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I've got a Debian 7 linux machine and a TP-link MR3020 router attached to it via ethernet cable at eth0 interface, working in WISP mode meant to make it a client rather than an access point:

enter image description here

I also have a separate router connected to ISP and nicely providing wi-fi. My linux machine lacks built-in wi-fi adapter and I want to use WISP mode router instead of external USB wi-fi adapter cause those are very unstable (tried 3 of them, 2 don't work, 1 glitches).

My trouble is that seemingly, my Linux machine can't associate IP address of WISP router with its MAC address:

I used to utilize network manager for eth0, my settings were

gateway ip 192.168.1.1
mask /24
static ip 192.168.1.2 (for my Debian machine itself)

but now I entered them right in /etc/network/interfaces (see below)

When I ping 192.168.1.1, it says From 192.168.1.2 icmp_seq=1 Destination Host Unreachable.

I found out that arp doesn't know MAC address for this ip: 192.168.1.1 corresponds to HWaddress [incomplete].

Do you have any advice of how to troubleshoot this? Should I manually assign IP to MAC?


INFORMATION UPDATE:

My /etc/network/interfaces now contains the eth0 interface as primary:

# The loopback network interface
auto lo
iface lo inet loopback

# The primary network interface
allow-hotplug eth0
iface eth0 inet static
    address 192.168.1.2
    netmask 255.255.255.0
    network 192.168.1.0
    broadcast 192.168.1.255
    gateway 192.168.1.1

ifconfig data:

$ sudo ifconfig
eth0      Link encap:Ethernet  HWaddr 40:e5:49:32:a2:50
          inet addr:192.168.1.2  Bcast:192.168.1.255  Mask:255.255.255.0
          inet6 addr: fe80::52e5:49ff:fe32:a240/64 Scope:Link
          UP BROADCAST RUNNING MULTICAST  MTU:1500  Metric:1
          RX packets:68643 errors:0 dropped:0 overruns:0 frame:0
          TX packets:53708 errors:0 dropped:0 overruns:0 carrier:0
          collisions:0 txqueuelen:1000
          RX bytes:81335250 (77.5 MiB)  TX bytes:5438226 (5.1 MiB)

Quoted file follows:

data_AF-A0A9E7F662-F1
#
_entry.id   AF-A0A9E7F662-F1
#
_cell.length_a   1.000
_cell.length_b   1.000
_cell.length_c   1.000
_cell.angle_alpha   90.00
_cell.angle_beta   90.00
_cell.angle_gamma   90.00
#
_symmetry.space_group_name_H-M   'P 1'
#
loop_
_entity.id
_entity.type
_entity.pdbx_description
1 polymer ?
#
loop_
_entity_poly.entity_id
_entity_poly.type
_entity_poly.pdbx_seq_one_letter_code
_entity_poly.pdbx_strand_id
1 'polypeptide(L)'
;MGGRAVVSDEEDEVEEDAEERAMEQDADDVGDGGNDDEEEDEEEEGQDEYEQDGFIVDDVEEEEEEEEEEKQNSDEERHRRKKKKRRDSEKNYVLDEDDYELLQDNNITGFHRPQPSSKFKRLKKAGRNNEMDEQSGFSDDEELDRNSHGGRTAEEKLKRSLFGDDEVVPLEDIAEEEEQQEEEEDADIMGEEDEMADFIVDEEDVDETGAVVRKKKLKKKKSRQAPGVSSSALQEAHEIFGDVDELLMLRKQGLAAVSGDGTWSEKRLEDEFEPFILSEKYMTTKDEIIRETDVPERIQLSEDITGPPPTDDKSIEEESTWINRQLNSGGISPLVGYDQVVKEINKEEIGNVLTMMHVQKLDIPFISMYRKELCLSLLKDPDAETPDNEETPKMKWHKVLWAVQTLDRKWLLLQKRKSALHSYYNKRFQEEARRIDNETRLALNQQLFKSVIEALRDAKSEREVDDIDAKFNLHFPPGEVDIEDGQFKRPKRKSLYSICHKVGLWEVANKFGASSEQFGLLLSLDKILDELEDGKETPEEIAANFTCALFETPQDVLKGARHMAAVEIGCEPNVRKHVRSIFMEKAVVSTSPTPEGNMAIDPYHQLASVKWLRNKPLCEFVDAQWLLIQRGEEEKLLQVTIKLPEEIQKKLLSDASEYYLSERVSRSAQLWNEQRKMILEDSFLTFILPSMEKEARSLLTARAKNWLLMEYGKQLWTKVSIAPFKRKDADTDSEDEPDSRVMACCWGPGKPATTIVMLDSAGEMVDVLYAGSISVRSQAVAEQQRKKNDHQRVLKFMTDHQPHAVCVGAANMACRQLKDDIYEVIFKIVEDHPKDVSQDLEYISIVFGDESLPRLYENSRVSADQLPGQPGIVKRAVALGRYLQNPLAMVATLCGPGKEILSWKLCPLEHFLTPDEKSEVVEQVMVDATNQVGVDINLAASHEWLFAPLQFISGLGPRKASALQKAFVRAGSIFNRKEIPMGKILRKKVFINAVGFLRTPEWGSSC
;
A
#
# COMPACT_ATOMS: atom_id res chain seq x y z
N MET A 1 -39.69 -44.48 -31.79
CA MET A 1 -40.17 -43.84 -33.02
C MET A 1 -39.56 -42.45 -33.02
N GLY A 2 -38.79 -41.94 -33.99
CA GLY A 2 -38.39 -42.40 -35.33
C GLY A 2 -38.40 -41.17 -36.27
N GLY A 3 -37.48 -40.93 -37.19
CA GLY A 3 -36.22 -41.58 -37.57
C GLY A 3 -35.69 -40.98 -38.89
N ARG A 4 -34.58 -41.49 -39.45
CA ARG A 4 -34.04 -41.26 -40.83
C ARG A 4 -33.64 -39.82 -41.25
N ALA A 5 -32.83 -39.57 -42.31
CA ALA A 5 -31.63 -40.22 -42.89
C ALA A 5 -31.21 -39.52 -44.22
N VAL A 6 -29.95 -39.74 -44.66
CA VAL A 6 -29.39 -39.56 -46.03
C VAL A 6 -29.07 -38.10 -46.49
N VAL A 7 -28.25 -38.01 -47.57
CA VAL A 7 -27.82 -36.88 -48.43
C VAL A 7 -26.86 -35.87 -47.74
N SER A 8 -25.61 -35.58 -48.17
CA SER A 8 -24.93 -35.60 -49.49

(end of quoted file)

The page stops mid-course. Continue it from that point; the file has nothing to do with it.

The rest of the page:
Interrupt:40 Base address:0xe000

route data:

$ sudo route -n

Kernel IP routing table
Destination     Gateway         Genmask         Flags Metric Ref    Use Iface
0.0.0.0         192.168.1.1     0.0.0.0         UG    0      0        0 eth0
169.254.0.0     0.0.0.0         255.255.0.0     U     1000   0        0 eth0
192.168.1.0     0.0.0.0         255.255.255.0   U     0      0        0 eth0

Capture of packets by wireshark upon ping 192.168.1.1 contains only spam of tons of ARP packages, all of the same structure:

Source Giga-Byt_something
Destination Broadcast
Protocol Arp
Length 42
Info Who has 192.168.1.1 Tell 192.168.1.2

Arp frame details:
Address Resolution Protocol (request)
Hardware type: Ethernet (1)
Protocol type: IP (0x0800)
Hardware size: 6
Protocol size: 4
Opcode: request (1)
Sender MAC address: Giga-Byt_something (40:e5:49:32:a2:50)
Sender IP address: 192.168.1.2
Target MAC address:  00:00:00_00:00:00 (00:00:00:00:00:00)
Targe IP address: 192.168.1.1 (192.168.1.1)

At the same time router's LAN LED is blinking, indicating that transfer of data is happening.

Router quick manual, contains illustrations on WISP mode: http://www.tp-link.com/resources/document/TL-MR3020_V1_QIG_7106503718.pdf

EDIT:

The problem with arp was solved by setting gateway to 192.168.0.254. Current state is that my Linux machine sees the WISP tp-link router, but WISP router doesn't see the main d-link router in access point mode:

enter image description here